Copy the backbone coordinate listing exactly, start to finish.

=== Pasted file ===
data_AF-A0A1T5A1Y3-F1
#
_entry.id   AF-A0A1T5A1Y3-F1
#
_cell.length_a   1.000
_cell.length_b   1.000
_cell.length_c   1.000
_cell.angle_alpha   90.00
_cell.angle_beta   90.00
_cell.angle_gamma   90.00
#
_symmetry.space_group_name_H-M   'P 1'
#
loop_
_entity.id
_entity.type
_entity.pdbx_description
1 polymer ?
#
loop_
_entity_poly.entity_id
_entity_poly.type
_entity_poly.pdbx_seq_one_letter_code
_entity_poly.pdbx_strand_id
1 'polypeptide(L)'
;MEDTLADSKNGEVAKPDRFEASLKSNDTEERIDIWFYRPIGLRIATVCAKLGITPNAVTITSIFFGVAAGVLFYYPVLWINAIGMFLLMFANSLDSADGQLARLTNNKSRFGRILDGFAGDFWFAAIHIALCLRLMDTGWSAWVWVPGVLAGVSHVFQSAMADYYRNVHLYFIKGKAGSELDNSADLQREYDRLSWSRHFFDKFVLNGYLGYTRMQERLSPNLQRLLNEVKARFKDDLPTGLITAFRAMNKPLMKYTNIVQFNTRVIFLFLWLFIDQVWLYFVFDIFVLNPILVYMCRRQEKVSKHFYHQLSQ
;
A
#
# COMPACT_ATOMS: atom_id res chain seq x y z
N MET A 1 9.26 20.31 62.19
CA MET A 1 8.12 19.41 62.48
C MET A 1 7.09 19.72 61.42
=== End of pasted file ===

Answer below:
data_AF-A0A1T5A1Y3-F1
#
_entry.id   AF-A0A1T5A1Y3-F1
#
_cell.length_a   1.000
_cell.length_b   1.000
_cell.length_c   1.000
_cell.angle_alpha   90.00
_cell.angle_beta   90.00
_cell.angle_gamma   90.00
#
_symmetry.space_group_name_H-M   'P 1'
#
loop_
_entity.id
_entity.type
_entity.pdbx_description
1 polymer ?
#
loop_
_entity_poly.entity_id
_entity_poly.type
_entity_poly.pdbx_seq_one_letter_code
_entity_poly.pdbx_strand_id
1 'polypeptide(L)'
;MEDTLADSKNGEVAKPDRFEASLKSNDTEERIDIWFYRPIGLRIATVCAKLGITPNAVTITSIFFGVAAGVLFYYPVLWINAIGMFLLMFANSLDSADGQLARLTNNKSRFGRILDGFAGDFWFAAIHIALCLRLMDTGWSAWVWVPGVLAGVSHVFQSAMADYYRNVHLYFIKGKAGSELDNSADLQREYDRLSWSRHFFDKFVLNGYLGYTRMQERLSPNLQRLLNEVKARFKDDLPTGLITAFRAMNKPLMKYTNIVQFNTRVIFLFLWLFIDQVWLYFVFDIFVLNPILVYMCRRQEKVSKHFYHQLSQ
;
A
#
# COMPACT_ATOMS: atom_id res chain seq x y z
N MET A 1 9.26 20.31 62.19
CA MET A 1 8.12 19.41 62.48
C MET A 1 7.09 19.72 61.42